Game 351: Morton’s Fork (1981)

From The CRPG Addict


The copyright date on the main screen would seem to refer to the Maces and Magic engine, not to this specific game, which all evidence agrees was released in 1981.

        

Morton’s Fork
United States
Chameleon Software (developer and original publisher); Adventure International (later publisher)
Released 1981 for TRS-80 and Apple II
Date Started: 9 January 2020
Date Ended: 9 January 2020
Total Hours: 4
Difficulty: Easy-Moderate (2.5/5)
Final Rating: (to come later)
Ranking at time of posting: (to come later)
Morton’s Fork is the third game in the series generally called Maces & Magic, after Dungeon (1979; later called Balrog or Balrog Sampler) and Stone of Sisyphus (links to my coverage). It’s been difficulty to reconstruct the history of the company even though I spoke to one of its principals, Richard Bumgarner, back in 2013. Chameleon was the moonlighting gig of three Indianapolis-based medical professionals, including x-ray technician Bumgarner. From what I can figure, they conceived of the series in the late 1970s and may have produced and marketed all three games before they struck a publishing deal with Scott Adams’ Adventure International. The first game was originally called Dungeon but later acquired the (nonsensical) Balrog or Balrog Sampler names from AI. Adventure International also seems to be the source of the Maces & Magic series name, although it appears nowhere except on the game packaging. AI also gussied up the title screens a bit, removing the jokes that the creators had placed and (of course) adding the AI name and logo.
        
A later version of the main screen, from the Apple II edition.
         
I’ve spent years trying to find a working version of Morton’s Fork–all three games are notoriously unstable–and the one I was finally able to play lacks the AI logo on the title screen. It’s possible that all three games were produced and marketed as early as 1979 and that the 1981 date is from when they were re-distributed by AI, but so far I haven’t been able to find any magazine evidence of Chameleon selling the second two games directly.
          
A 1981 ad for the Adventure International releases of the three titles.
        
Even if Morton’s Fork had a 1981 release date, its technology is essentially the same as the first game in the series. All three games play exactly the same way, just with different scenarios and puzzles. All three are RPG/text adventure hybrids in which the goal is to collect a fixed number of treasures in a large environment and then find your way out of the game. A mutable hero and wandering monsters are blended with fixed landscapes and unchanging puzzles. The hero could theoretically be swapped between games as if they were “modules” in a traditional RPG experience. The games are thus somewhat like Eamon (1980) but without the central “hub” disk.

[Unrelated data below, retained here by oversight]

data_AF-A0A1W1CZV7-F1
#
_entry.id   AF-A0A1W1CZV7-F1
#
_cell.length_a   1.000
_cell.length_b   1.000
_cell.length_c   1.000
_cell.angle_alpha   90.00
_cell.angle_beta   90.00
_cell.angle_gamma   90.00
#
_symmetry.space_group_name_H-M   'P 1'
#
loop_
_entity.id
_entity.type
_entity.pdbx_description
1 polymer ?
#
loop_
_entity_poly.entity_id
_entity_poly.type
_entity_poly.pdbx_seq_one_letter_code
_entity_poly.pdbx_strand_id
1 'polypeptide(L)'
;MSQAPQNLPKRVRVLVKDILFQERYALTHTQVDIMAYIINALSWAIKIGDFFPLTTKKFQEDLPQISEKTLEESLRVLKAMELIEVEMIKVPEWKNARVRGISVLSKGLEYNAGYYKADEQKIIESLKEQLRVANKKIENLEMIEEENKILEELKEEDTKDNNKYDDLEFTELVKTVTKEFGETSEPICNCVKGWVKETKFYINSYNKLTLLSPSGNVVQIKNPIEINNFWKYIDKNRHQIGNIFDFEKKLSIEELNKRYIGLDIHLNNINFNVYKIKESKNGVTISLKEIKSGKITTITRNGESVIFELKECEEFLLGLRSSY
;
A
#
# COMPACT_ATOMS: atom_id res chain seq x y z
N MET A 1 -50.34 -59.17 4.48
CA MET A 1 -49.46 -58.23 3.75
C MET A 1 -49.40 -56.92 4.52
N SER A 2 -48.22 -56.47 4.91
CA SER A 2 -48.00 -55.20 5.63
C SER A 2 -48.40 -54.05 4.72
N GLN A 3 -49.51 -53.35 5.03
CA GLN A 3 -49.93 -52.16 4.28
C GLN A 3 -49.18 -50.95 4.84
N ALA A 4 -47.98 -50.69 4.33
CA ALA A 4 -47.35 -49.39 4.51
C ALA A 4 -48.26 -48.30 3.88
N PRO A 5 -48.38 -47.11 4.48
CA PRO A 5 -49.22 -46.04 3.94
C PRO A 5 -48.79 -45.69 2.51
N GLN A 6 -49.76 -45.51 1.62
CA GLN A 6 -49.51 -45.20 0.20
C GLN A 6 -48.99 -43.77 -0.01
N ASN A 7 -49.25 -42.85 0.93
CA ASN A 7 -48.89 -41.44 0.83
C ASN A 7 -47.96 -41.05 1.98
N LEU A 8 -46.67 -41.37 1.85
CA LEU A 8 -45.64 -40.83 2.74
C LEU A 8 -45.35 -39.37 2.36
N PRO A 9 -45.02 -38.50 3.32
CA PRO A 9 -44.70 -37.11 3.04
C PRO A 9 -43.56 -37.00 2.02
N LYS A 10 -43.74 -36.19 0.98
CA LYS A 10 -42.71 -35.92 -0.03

A leaflet in the game encourages the player to buy the other games.

           
All three start the same way. The player creates a character and the game rolls for strength, luck, dexterity, intelligence, constitution, and charisma. The character is assumed to be a warrior, or a warrior/thief, as there is no magic in the game. After creation, the player is given a chance to purchase weapons and armor from a very long list of obscure terms, apparently created by a doctor who had an encyclopedia or something. You are limited in what you buy by gold and encumbrance.
Dungeon and Stone of Sisyphus had the player explore dungeons with pan-cultural themes, including a hippodrome, an Egyptian room, and an Arabian desert. Fork moves the action to a large castle. The box says that it’s a “wizard’s castle,” but in-game there’s no hint of a wizard. The goal is simply to loot it of as much treasure as possible.
           
All of the Maces & Magic games feature absurdly detailed weapon and armor lists.
         
Morton’s Fork begins a bit differently from the other titles by including a “good luck” screen as the game begins. Although it seems full of cliches, it is in fact full of hints. For instance, the advice to “lift your spirits; you may pry some of the secrets loose” is a hint to drink with an NPC in the castle’s cellar. “Keys to hidden riches may take many forms” is a clue to use a hairpin as a lockpick. “You must know when to hide your light and when to let it spring forth” refers to a section of game where you have to light a torch to navigate a dark hallway, but then extinguish it to avoid getting attacked by bats. “Paint a rosy future for yourself and doors may open” is the clue needed for the endgame.
          
A pre-game text screen full of spoilers.